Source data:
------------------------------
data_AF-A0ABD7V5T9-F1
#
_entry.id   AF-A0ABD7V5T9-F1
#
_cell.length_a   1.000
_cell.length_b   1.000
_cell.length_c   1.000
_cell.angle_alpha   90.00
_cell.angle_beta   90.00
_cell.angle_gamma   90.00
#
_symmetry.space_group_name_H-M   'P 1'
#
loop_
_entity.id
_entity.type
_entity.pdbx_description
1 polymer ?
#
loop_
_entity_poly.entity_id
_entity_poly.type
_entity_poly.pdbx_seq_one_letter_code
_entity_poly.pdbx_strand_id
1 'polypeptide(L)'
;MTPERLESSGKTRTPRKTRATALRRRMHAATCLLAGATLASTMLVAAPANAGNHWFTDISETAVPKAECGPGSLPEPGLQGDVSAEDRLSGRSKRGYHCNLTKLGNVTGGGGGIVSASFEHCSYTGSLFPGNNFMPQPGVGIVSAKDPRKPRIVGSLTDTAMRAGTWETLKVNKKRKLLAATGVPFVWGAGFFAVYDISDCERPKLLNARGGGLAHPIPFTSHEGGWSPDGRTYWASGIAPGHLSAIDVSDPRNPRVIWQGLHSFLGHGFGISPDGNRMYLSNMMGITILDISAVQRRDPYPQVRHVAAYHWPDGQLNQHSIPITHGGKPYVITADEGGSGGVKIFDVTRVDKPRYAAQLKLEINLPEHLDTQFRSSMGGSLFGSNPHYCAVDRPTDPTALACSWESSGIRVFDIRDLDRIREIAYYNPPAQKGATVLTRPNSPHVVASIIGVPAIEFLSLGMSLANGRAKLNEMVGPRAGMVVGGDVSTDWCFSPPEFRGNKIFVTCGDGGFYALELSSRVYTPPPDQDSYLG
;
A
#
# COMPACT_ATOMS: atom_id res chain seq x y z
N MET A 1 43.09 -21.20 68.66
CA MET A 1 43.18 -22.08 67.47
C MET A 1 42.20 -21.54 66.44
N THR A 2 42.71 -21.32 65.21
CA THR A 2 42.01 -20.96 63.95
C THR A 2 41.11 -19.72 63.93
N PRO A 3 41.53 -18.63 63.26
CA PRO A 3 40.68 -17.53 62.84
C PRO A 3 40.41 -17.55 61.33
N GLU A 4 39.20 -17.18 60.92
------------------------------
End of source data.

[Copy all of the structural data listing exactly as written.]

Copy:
data_AF-A0ABD7V5T9-F1
#
_entry.id   AF-A0ABD7V5T9-F1
#
_cell.length_a   1.000
_cell.length_b   1.000
_cell.length_c   1.000
_cell.angle_alpha   90.00
_cell.angle_beta   90.00
_cell.angle_gamma   90.00
#
_symmetry.space_group_name_H-M   'P 1'
#
loop_
_entity.id
_entity.type
_entity.pdbx_description
1 polymer ?
#
loop_
_entity_poly.entity_id
_entity_poly.type
_entity_poly.pdbx_seq_one_letter_code
_entity_poly.pdbx_strand_id
1 'polypeptide(L)'
;MTPERLESSGKTRTPRKTRATALRRRMHAATCLLAGATLASTMLVAAPANAGNHWFTDISETAVPKAECGPGSLPEPGLQGDVSAEDRLSGRSKRGYHCNLTKLGNVTGGGGGIVSASFEHCSYTGSLFPGNNFMPQPGVGIVSAKDPRKPRIVGSLTDTAMRAGTWETLKVNKKRKLLAATGVPFVWGAGFFAVYDISDCERPKLLNARGGGLAHPIPFTSHEGGWSPDGRTYWASGIAPGHLSAIDVSDPRNPRVIWQGLHSFLGHGFGISPDGNRMYLSNMMGITILDISAVQRRDPYPQVRHVAAYHWPDGQLNQHSIPITHGGKPYVITADEGGSGGVKIFDVTRVDKPRYAAQLKLEINLPEHLDTQFRSSMGGSLFGSNPHYCAVDRPTDPTALACSWESSGIRVFDIRDLDRIREIAYYNPPAQKGATVLTRPNSPHVVASIIGVPAIEFLSLGMSLANGRAKLNEMVGPRAGMVVGGDVSTDWCFSPPEFRGNKIFVTCGDGGFYALELSSRVYTPPPDQDSYLG
;
A
#
# COMPACT_ATOMS: atom_id res chain seq x y z
N MET A 1 43.09 -21.20 68.66
CA MET A 1 43.18 -22.08 67.47
C MET A 1 42.20 -21.54 66.44
N THR A 2 42.71 -21.32 65.21
CA THR A 2 42.01 -20.96 63.95
C THR A 2 41.11 -19.72 63.93
N PRO A 3 41.53 -18.63 63.26
CA PRO A 3 40.68 -17.53 62.84
C PRO A 3 40.41 -17.55 61.33
N GLU A 4 39.20 -17.18 60.92